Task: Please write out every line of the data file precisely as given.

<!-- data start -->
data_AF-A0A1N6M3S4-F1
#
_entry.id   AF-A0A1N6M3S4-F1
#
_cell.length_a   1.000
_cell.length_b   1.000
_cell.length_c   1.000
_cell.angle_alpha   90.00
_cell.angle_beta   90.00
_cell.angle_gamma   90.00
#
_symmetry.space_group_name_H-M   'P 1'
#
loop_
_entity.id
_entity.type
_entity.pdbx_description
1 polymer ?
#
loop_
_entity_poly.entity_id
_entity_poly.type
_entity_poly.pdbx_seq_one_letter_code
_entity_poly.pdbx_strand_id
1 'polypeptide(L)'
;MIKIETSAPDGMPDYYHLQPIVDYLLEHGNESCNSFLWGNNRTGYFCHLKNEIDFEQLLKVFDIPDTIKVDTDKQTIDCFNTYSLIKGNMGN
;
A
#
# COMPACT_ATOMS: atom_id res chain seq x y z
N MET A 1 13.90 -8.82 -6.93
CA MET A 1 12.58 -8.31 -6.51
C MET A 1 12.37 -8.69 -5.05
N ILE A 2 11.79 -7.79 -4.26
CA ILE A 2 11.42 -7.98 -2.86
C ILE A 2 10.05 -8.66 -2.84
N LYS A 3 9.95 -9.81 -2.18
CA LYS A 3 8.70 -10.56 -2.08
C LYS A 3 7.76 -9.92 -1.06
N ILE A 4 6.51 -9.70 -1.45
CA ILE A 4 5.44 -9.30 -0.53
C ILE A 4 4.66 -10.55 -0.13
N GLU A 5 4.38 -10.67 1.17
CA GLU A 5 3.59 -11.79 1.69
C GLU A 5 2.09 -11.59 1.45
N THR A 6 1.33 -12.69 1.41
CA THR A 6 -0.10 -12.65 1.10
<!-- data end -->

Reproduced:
data_AF-A0A1N6M3S4-F1
#
_entry.id   AF-A0A1N6M3S4-F1
#
_cell.length_a   1.000
_cell.length_b   1.000
_cell.length_c   1.000
_cell.angle_alpha   90.00
_cell.angle_beta   90.00
_cell.angle_gamma   90.00
#
_symmetry.space_group_name_H-M   'P 1'
#
loop_
_entity.id
_entity.type
_entity.pdbx_description
1 polymer ?
#
loop_
_entity_poly.entity_id
_entity_poly.type
_entity_poly.pdbx_seq_one_letter_code
_entity_poly.pdbx_strand_id
1 'polypeptide(L)'
;MIKIETSAPDGMPDYYHLQPIVDYLLEHGNESCNSFLWGNNRTGYFCHLKNEIDFEQLLKVFDIPDTIKVDTDKQTIDCFNTYSLIKGNMGN
;
A
#
# COMPACT_ATOMS: atom_id res chain seq x y z
N MET A 1 13.90 -8.82 -6.93
CA MET A 1 12.58 -8.31 -6.51
C MET A 1 12.37 -8.69 -5.05
N ILE A 2 11.79 -7.79 -4.26
CA ILE A 2 11.42 -7.98 -2.86
C ILE A 2 10.05 -8.66 -2.84
N LYS A 3 9.95 -9.81 -2.18
CA LYS A 3 8.70 -10.56 -2.08
C LYS A 3 7.76 -9.92 -1.06
N ILE A 4 6.51 -9.70 -1.45
CA ILE A 4 5.44 -9.30 -0.53
C ILE A 4 4.66 -10.55 -0.13
N GLU A 5 4.38 -10.67 1.17
CA GLU A 5 3.59 -11.79 1.69
C GLU A 5 2.09 -11.59 1.45
N THR A 6 1.33 -12.69 1.41
CA THR A 6 -0.10 -12.65 1.10